Worth the read for your weekend

“[W]e recognize that electronic communications are susceptible to fabrication and manipulation.”

Campbell v. State, 382 S.W.3d 545, 550 (Tex. App. 2012).  Campbell and a number of other state and federal cases were support for my objection to text messages in a case this week.  I had a 120 which as usual had text messages as evidence by the prosecution – and I objected to authenticity.  Without going in to all of the facts, here are a few I thought relevant.

The CW had dropped her phone in the bath tub and it was no longer available for forensic examination.  In my last seven 120 cases this is the second bathtub-drop, along with two drop-and-breaks and one turn it in.  I’m beginning to get suspicious of what CW’s are being told once the photo of the text is cherry-picked and turned in.

  • As usual CID never took a forensic copy of the cellphone.
  • There were some discrepancies with other information.

The nature of my approach was initiated from a number of worth-the-read pieces.

“Because social media is often stored on remote servers, is accessed through unique interfaces, can be dynamic and collaborative in nature, and is uniquely susceptible to alteration and fabrication, evidentiary standards developed for other types of electronically stored information [ESI] may not be adequate.”

H. Christopher Boehning & Daniel J. Toal, Authenticating Social Media Evidence, N.Y.L.J., Oct. 2, 2012, at para. 4.

See also, Colin Miller & Charles White, The Social Medium: Why the Authentication Bar Should be Raised For Social Media Evidence. 87 TEMPLE L. REV. (ONLINE) 1 (2014).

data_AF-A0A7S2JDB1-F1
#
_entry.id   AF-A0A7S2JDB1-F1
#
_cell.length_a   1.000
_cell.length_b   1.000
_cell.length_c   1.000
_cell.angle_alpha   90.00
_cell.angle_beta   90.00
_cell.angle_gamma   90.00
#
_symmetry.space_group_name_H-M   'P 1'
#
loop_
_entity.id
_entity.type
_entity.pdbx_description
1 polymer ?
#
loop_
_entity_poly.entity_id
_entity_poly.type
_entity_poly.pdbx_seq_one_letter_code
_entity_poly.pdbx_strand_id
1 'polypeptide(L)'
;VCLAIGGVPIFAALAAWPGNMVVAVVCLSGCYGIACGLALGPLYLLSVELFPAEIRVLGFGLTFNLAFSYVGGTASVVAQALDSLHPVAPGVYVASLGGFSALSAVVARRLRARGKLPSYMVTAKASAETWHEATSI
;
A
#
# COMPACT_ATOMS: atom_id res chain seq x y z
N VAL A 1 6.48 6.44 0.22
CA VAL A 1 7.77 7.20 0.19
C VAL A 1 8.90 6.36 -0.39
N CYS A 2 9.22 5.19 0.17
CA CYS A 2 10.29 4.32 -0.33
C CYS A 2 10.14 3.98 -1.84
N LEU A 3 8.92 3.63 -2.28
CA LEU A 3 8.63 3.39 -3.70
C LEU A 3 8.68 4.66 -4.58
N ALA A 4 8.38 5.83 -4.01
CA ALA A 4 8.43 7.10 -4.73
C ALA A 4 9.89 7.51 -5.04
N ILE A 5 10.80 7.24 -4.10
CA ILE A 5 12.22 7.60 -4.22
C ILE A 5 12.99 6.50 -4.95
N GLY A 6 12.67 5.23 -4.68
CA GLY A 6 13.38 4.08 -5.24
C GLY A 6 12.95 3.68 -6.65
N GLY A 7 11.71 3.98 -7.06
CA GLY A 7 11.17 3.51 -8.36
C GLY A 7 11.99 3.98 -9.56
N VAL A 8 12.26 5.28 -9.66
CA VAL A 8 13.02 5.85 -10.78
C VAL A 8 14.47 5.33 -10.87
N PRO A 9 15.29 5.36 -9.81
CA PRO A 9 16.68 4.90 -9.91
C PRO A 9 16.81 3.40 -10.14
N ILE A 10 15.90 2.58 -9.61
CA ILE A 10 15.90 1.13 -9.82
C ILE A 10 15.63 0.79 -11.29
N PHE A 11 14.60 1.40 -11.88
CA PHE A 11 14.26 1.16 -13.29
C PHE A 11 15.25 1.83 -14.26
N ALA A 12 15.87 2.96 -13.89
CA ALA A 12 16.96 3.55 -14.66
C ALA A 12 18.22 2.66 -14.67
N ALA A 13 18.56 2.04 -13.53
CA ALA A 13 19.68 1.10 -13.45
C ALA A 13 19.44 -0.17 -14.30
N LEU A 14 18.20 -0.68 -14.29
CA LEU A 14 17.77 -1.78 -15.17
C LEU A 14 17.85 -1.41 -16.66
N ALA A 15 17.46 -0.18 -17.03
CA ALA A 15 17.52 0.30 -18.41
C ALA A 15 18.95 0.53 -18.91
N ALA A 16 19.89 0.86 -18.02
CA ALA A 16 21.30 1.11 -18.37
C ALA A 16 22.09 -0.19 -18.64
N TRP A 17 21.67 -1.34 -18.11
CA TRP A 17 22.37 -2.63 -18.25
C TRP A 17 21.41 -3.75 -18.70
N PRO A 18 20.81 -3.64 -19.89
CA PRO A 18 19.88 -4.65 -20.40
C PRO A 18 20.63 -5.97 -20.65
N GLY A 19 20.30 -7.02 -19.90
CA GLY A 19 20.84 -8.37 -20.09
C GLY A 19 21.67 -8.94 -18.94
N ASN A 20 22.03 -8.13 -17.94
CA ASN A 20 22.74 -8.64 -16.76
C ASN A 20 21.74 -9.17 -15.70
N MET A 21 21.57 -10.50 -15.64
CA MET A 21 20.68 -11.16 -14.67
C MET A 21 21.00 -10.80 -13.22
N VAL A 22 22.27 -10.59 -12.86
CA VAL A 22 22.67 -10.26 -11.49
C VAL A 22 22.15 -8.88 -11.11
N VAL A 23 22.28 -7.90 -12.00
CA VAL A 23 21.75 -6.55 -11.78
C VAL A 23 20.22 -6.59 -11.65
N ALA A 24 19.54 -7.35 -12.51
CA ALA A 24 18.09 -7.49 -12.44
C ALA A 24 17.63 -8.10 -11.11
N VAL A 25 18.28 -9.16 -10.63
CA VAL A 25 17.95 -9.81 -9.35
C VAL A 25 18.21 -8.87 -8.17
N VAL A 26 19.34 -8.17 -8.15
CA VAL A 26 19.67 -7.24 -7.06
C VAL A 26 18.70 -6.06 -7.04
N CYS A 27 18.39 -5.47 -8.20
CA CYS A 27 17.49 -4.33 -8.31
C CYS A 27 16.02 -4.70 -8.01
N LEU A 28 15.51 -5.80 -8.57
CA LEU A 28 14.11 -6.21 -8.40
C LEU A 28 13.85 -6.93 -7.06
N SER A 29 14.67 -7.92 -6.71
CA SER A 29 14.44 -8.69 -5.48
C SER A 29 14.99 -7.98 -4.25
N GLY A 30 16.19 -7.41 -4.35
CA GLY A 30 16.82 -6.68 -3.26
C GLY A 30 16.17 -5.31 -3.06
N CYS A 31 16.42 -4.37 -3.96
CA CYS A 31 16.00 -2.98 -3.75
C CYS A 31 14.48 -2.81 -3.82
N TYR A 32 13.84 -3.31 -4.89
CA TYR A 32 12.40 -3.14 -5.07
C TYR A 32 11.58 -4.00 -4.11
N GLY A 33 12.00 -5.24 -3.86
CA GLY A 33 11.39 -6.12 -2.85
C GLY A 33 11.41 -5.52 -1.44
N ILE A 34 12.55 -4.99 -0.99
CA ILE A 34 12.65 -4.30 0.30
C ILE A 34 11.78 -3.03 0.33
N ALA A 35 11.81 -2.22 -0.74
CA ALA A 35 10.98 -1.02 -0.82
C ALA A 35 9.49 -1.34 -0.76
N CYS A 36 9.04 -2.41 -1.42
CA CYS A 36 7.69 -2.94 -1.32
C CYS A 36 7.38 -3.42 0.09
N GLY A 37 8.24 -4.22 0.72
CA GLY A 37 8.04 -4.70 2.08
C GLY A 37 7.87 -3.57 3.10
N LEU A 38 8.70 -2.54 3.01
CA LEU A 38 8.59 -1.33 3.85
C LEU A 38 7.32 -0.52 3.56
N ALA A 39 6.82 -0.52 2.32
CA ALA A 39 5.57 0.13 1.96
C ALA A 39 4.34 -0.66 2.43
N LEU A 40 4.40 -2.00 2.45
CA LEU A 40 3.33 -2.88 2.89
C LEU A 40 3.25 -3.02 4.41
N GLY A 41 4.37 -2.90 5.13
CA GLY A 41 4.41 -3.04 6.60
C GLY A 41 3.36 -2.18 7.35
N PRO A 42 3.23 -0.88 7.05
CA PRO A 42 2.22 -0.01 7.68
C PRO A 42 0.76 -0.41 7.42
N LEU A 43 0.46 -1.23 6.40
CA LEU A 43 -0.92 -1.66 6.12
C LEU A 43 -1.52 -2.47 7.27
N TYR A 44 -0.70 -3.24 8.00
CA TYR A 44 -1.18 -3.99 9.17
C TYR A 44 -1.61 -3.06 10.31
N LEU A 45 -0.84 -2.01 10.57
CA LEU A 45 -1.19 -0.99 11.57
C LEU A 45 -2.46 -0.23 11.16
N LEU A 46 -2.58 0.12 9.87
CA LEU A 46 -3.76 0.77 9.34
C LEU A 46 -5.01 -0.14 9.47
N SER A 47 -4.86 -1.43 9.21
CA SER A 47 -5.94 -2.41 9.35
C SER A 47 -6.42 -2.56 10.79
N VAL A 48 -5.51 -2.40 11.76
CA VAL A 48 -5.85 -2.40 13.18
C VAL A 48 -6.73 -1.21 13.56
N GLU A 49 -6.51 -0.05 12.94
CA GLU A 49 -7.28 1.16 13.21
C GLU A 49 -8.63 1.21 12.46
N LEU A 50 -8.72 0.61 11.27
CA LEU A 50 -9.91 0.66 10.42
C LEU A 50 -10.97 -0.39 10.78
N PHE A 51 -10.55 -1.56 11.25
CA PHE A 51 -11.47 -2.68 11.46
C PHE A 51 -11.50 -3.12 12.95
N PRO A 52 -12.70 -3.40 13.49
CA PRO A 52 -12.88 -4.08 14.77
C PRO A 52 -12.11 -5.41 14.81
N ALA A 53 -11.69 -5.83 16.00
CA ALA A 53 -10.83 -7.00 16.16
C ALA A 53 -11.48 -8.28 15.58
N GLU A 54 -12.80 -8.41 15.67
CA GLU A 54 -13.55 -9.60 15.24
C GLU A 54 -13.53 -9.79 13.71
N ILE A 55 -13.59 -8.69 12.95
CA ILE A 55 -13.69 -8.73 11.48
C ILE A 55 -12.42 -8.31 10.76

Laird C. Kirkpatrick, § 9:9 Authenticating email, social media, web pages, text messages, instant messaging, electronic signatures.  GW Law School Public Law and Legal Theory Paper No. 2014-60.

In addition to the case law and the facts, I also introduced into evidence four (of about nine) applications that can be downloaded to a cellphone or tablet and from which you can fake or alter a text message are stream of texts.  In another case I had also presented evidence of similar apps to create fake emails from you.  Here is just one – iphonefaketext

The need for authentication arises in this context because an electronic communication, such as a Facebook message, an e-mail or a cell phone text message, could be generated by someone other than the named sender. This is true even with respect to accounts requiring a unique user name and password, given that account holders frequently remain logged in to their accounts while leaving their computers and cell phones unattended. Additionally, passwords and website security are subject to compromise by hackers. Consequently, proving only that a message came from a particular account, without further authenticating evidence, has been held to be inadequate proof of authorship. See, e.g., Commonwealth v. Williams, 456 Mass. 857, 869, 926 N.E.2d 1162 (2010).

State v. Eleck, 23 A.3d 818 (Conn. App. Ct. 2011).